Cryptocurrency losses approach $700 billion as crash continues

The great cryptocurrency crash of 2018 is heading for its worst week yet.

Bitcoin sank toward $4,000 and most of its peers tumbled on Friday, extending the Bloomberg Galaxy Crypto Index’s weekly decline to 25 percent. That’s the worst five-day stretch since crypto-mania peaked in early January.

After an epic rally last year that exceeded many of history’s most notorious bubbles, cryptocurrencies have become mired in a nearly $700 billion rout that shows few signs of abating. Many of the concerns that sparked the 2018 slump — including increased regulatory scrutiny, community infighting and exchange snafus — have only intensified this week. Even after losses exceeding 70 percent for most virtual currencies, Oanda Corp.’s Stephen Innes has yet to see strong evidence of a capitulation that might signal a market bottom.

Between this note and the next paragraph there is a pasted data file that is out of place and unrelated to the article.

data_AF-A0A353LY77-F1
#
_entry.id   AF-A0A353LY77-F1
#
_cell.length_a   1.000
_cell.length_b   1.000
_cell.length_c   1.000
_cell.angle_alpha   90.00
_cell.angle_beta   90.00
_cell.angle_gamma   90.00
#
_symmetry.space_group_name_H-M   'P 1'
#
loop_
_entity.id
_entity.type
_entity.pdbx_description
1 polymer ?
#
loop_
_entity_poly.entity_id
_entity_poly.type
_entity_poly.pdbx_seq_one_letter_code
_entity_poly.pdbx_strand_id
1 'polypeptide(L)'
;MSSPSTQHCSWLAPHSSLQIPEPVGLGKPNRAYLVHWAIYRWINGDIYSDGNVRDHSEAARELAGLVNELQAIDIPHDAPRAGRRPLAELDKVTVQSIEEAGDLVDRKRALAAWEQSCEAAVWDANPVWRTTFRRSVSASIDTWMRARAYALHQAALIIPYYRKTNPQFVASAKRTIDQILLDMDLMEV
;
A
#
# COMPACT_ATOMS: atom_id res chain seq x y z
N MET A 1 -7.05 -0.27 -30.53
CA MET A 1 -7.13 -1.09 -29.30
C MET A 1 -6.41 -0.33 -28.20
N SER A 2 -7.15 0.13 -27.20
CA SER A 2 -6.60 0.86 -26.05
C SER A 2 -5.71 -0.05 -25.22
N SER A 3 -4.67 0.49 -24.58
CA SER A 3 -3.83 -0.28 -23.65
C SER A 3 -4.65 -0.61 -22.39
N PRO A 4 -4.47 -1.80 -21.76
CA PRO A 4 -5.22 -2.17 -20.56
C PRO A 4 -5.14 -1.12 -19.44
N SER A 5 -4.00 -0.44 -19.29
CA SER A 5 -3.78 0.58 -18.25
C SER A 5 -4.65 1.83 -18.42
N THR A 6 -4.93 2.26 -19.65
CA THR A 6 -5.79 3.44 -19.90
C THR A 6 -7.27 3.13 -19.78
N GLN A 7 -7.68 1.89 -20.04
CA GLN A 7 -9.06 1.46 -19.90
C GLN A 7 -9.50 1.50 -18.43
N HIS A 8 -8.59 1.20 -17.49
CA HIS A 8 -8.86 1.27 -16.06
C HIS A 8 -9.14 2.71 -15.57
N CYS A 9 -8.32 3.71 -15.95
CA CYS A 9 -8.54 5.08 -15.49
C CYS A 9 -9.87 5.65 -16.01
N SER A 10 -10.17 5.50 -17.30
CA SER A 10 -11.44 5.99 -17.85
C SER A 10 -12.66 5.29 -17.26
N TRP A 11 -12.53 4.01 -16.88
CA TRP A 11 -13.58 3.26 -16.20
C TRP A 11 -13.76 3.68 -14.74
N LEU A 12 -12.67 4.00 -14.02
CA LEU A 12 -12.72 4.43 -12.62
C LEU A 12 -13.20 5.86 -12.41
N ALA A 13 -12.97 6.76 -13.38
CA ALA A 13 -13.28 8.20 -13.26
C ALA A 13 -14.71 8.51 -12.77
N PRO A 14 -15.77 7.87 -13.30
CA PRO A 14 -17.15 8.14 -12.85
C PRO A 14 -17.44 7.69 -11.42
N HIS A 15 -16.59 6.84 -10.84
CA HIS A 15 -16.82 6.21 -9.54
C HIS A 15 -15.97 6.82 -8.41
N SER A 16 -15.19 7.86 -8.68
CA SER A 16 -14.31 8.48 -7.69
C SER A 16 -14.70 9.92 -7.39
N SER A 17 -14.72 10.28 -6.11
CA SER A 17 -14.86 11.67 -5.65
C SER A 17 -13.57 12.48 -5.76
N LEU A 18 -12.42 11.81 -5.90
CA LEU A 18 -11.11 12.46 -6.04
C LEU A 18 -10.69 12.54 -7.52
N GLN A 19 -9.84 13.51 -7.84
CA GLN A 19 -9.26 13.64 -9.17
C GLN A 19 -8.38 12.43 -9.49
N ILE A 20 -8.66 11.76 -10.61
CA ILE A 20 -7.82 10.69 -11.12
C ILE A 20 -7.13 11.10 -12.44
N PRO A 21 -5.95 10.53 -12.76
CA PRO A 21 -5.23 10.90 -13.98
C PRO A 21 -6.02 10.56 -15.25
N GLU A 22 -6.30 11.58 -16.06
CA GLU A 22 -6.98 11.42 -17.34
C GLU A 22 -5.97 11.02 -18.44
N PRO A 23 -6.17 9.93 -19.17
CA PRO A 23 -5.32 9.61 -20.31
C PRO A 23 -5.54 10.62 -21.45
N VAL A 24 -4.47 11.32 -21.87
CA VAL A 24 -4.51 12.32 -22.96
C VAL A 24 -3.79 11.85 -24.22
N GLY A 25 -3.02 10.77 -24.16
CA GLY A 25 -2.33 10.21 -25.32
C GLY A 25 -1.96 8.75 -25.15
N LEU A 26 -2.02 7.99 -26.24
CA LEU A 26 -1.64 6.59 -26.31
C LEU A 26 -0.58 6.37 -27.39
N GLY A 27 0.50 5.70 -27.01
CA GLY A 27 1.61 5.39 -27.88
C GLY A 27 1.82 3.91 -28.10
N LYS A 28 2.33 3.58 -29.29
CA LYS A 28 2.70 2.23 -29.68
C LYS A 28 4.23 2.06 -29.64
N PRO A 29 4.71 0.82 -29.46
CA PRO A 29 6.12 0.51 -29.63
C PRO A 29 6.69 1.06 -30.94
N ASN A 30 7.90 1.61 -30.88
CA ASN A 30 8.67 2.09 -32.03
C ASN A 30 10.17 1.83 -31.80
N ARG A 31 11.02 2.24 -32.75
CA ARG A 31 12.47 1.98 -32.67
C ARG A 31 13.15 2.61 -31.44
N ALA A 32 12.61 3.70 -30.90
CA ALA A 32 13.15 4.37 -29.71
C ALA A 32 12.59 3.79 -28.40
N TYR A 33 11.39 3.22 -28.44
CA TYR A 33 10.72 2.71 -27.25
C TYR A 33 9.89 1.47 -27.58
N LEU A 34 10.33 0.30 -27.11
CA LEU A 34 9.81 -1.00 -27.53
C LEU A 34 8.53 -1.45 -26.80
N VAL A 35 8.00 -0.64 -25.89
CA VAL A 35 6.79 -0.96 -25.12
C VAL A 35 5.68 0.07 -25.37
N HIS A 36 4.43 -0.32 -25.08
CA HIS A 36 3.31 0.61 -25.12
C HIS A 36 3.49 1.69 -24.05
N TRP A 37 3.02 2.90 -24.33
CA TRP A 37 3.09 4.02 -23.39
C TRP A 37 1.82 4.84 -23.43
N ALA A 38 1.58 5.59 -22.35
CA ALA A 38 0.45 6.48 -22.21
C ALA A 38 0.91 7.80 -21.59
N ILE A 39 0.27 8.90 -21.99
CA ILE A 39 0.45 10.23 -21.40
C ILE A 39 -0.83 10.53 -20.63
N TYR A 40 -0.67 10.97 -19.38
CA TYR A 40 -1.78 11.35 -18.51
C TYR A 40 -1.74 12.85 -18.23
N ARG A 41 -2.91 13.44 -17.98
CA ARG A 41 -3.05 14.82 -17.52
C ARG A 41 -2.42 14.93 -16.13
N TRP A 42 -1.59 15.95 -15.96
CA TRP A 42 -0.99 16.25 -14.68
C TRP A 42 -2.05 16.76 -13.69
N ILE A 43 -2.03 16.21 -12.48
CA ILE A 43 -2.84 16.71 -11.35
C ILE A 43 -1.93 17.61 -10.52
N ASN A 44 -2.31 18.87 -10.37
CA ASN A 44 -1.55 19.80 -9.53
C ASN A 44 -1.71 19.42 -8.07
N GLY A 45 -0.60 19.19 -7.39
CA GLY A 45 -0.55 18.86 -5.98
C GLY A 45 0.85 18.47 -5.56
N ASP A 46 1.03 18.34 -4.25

“There’s still a lot of people in this game,” Innes, head of trading for Asia Pacific at Oanda, said by phone from Singapore. If Bitcoin “collapses, if we start to see a run down toward $3,000, this thing is going to be a monster. People will be running for the exits.”

Innes said his base case forecast is for Bitcoin to trade between $3,500 and $6,500 in the short term, with the potential to fall to $2,500 by January.

The largest cryptocurrency retreated 4.4 percent to $4,237 at 11:31 a.m. in Hong Kong, according to Bloomberg composite pricing. Rivals Ether, Ripple and Litecoin all declined at least 4.8 percent. The market value of all cryptocurrencies tracked by CoinMarketCap.com sank to $138 billion, down from about $835 billion at the market peak in January.

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Cryptocurrency losses approach $700 billion as crash continues